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If You Build It, Ideas Come: 5 Creative Workstations

By: Shannon Sankey Filed under: Film & Production

March 3, 2016

Your workstation is an intricate ecosystem of order or chaos that enables you to make something new from raw material. From powerful software and precision tools to specialized gear and multi-monitor setups, digital creativity requires efficiency, flexibility, and of course, a lot of inspiration.

Students at The Art Institutes discover the tools and processes that support their individual workflows, and they begin to develop the unique environments in which they do their best work. We’ve asked Ai students and alumni to share their original workstations—from the high-tech tools to the quirky totems that bring inspiration to the daily grind.



Name: Ana Carolina Pereira

Program: Bachelor of Fine Arts in Game Art and Design, The Art Institute of Houston, Class of 2016

“This is my usual setup in class. When working on my portfolio, I create multiple 3D assets and many digital drawings, which require many specific tools. My personal work computer has to be very powerful in order to handle the stresses of working in 3D, and I use a Wacom tablet when sculpting digitally. I use a special gaming mouse that gives me more control over my art and I rely on the school's monitor for picture reference and tutorials.”



Name: Allan Stallard

Program: Associate of Science in Music and Video Business, The Art Institute of Pittsburgh, 1998

“Here is the workstation that we use for color grading and finishing/compositing [at Animal]. The monitor on the left is for the color applications GUI and the monitor on the right is for the finishing or compositing GUI. The center monitor is actually an HD-TV and it is shared between the two computers hooked up to a switch. The color panel and Wacom tablets are great tools to help with this kind of work.”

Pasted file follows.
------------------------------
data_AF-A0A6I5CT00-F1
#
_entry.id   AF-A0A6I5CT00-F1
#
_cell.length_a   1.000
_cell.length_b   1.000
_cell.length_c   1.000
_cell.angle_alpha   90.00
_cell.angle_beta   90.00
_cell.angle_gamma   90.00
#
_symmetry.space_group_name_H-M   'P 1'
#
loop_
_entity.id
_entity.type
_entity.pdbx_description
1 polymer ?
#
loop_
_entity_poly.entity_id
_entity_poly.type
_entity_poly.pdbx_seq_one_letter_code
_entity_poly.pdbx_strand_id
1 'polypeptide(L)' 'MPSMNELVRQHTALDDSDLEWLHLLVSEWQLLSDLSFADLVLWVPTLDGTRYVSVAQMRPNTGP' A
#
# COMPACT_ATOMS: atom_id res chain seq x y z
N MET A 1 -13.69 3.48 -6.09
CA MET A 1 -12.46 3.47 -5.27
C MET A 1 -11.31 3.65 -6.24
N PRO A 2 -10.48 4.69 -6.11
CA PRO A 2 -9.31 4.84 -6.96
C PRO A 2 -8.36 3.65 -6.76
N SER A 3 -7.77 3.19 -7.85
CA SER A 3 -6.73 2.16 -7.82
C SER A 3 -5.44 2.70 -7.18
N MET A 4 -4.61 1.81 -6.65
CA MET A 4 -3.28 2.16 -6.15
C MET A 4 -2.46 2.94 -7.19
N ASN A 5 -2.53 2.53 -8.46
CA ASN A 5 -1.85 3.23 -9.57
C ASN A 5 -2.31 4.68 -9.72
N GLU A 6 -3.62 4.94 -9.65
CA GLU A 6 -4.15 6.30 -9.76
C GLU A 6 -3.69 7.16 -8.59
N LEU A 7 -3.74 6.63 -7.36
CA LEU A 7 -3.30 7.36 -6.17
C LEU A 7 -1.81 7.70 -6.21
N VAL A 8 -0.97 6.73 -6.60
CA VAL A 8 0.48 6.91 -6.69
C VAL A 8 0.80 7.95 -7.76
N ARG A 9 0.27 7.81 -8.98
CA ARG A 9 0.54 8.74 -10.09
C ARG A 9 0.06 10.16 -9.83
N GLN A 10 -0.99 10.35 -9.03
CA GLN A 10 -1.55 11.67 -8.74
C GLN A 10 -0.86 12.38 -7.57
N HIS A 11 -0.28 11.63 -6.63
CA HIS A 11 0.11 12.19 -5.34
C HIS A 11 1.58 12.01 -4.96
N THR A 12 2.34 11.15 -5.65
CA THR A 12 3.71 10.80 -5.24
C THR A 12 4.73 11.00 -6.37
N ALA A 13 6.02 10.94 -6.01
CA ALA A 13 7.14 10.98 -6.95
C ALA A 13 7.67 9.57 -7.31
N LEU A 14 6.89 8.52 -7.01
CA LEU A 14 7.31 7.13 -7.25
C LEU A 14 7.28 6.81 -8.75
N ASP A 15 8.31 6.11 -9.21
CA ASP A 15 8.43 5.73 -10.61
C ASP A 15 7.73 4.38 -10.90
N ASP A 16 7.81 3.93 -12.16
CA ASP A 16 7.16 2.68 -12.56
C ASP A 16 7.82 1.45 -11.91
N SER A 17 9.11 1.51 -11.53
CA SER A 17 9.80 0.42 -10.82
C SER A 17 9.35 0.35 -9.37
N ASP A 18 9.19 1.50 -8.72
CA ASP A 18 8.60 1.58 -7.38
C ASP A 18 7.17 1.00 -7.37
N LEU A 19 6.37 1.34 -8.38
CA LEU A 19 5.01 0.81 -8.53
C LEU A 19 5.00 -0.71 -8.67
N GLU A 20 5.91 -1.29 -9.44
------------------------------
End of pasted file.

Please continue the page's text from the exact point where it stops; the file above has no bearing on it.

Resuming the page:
Name: Jim Kreitzburg

Program: Bachelor of Science in Visual Communications, The Art Institute of Pittsburgh, 1986

“This is my multiple workstation setup at the office. I primarily do VFX Compositing with Autodesk Flame software, which is the left monitor. I also do some 3D animation as well as prepping assets for the Flame so the right monitor is a Windows workstation with Maya, Max, Cinema 4d, PfTrack, Creative Cloud, Nuke, and other software which are all used when the need arises. I’m a firm believer that you can’t have too many tools and I have periodically used all of them to solve whatever VFX problem I’m faced with.



Name: Shuhuei Lee

Program: Bachelor of Science in Graphic Design, Art Institute of Pittsburgh, 2002

“Here's a snapshot of my creative workspace. It's a combination of photography inspirations, mini comps of design comps, stacks of briefs and documents, and trinkets to get the creative juices going. And the dual monitor is a must - one for the graphics work and one for references. I think the setup is a good mix of fun and function.”



Name: Jeffrey Hilty & Nicholas Buchheit

Program: Digital Media Production, The Art Institute of Pittsburgh, 2009

“This is our current setup in our client viewing suite. We run a Mac Pro 3 GHz 8-Core Intel Xeon E5, with (RAM) 32 GB 1866 MHz DDR3 ECC with an AMD FirePro D700 6144 graphics card. For monitoring, we use an Asus 4k monitor, a smaller Asus monitor for media bins, and a Samsung 47-inch LCD for client viewing. We also have a specialized keyboard for editing. This setup has been great for handling the workflow from our Sony f5 and a7s ii cameras. It also allows us to have a comfortable atmosphere for clients who come in for editing sessions. Also, we can’t forget to mention our Xbox One. Probably the most crucial piece of equipment we own.”






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